New definition of hypertension less likely to be met with more ideal health behaviors
Improving CV health by meeting components of Life’s Simple 7 may reduce the risk for incident hypertension when the lower hypertension threshold of 130/80 mm Hg is used, researchers found.
Source: David Seaver
“The clinical implication for practice is that the risk of high blood pressure drops with each point higher,” Timothy B. Plante, MD, MHS, professor in cardiovascular research at Larner College of Medicine at the University of Vermont, told Healio. “That means that a patient might be less receptive to quitting smoking but is interested in starting to get moderate-intensity exercise on a regular basis. That’s a 1-point increase right there. There are many options to improve cardiovascular health, and the recommendations can be customized to meet the patient where they are on that day.”
Data from REGARDS study
Researchers analyzed data from 2,930 participants (mean age, 61 years; 59% women; 23% Black) from the REGARDS study without hypertension at baseline from 2003 to 2007. Participants were followed up with a second visit from 2013 to 2016.
Hypertension in this study was defined in accordance with the 2017 American College of Cardiology/American Heart Association guideline: greater than 130 mm Hg systolic, greater than 80 mm Hg diastolic or use of antihypertensive medications.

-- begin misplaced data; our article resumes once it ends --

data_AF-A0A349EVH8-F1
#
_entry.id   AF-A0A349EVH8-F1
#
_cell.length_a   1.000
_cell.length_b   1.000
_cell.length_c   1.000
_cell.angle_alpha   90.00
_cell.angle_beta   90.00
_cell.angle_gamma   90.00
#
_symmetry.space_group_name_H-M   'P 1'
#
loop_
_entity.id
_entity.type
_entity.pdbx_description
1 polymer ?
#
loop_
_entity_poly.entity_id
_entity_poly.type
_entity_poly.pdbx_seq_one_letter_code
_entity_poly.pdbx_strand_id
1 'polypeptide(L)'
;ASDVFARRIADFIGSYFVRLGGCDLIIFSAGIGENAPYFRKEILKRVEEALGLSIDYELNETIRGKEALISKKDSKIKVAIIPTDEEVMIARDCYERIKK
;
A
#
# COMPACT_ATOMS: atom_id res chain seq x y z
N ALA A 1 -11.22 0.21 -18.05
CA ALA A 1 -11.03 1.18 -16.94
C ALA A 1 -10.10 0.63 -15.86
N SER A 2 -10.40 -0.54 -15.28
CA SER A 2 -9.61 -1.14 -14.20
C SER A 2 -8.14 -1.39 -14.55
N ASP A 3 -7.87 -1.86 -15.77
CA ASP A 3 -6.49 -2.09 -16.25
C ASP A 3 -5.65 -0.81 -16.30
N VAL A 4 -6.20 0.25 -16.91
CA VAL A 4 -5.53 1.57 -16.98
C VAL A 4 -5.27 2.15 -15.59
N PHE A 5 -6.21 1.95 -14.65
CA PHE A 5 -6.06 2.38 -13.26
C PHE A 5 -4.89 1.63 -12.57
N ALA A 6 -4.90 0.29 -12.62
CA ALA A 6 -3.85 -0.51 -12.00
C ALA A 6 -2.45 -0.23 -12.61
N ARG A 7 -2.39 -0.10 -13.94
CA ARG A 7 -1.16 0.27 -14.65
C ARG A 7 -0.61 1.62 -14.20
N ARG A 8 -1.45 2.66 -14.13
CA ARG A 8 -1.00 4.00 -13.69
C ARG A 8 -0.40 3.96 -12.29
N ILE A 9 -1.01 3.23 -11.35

Researchers scored each component of Life’s Simple 7 as poor (0 points), intermediate (1 point) or ideal (2 points). The total score was the sum of all components, with the highest score attainable of 14.
The outcome of interest was hypertension at the second study visit. Follow-up was conducted for a median of 9.4 years.
The median Life’s Simple 7 score was 9 for the overall population, 8 in Black men, 8 in Black women, 9 in white men and 9 in white women.
At the follow-up visit, 41% of participants developed hypertension. Each 1-point increase in the Life’s Simple 7 score resulted in a 6% lower risk for incident hypertension (RR per 1 point = 0.94; 95% CI, 0.92-0.96).
“This wasn’t a clinical trial, so we can’t say anything about cause and effect; that is, if we get people to improve their score, that their risk of developing high blood pressure will be lower,” Plante said in an interview. “We know from some clinical trials that weight loss, dietary improvements and increased exercise will lower blood pressure. In the end, this is further evidence that better cardiovascular health might play a key role in the development of high blood pressure and heart disease further down the line.”
Need for additional research
Plante told Healio that more research is needed in this area. “We need a clinical trial to show that improving [Life’s Simple 7] total score prevents high blood pressure,” he said. “We know from some trials that moving its components will lower blood pressure, but that’s not a ‘total’ view of cardiovascular risk.”
For more information:
Timothy B. Plante, MD, MHS, can be reached at email@example.com; Twitter: @tbplante.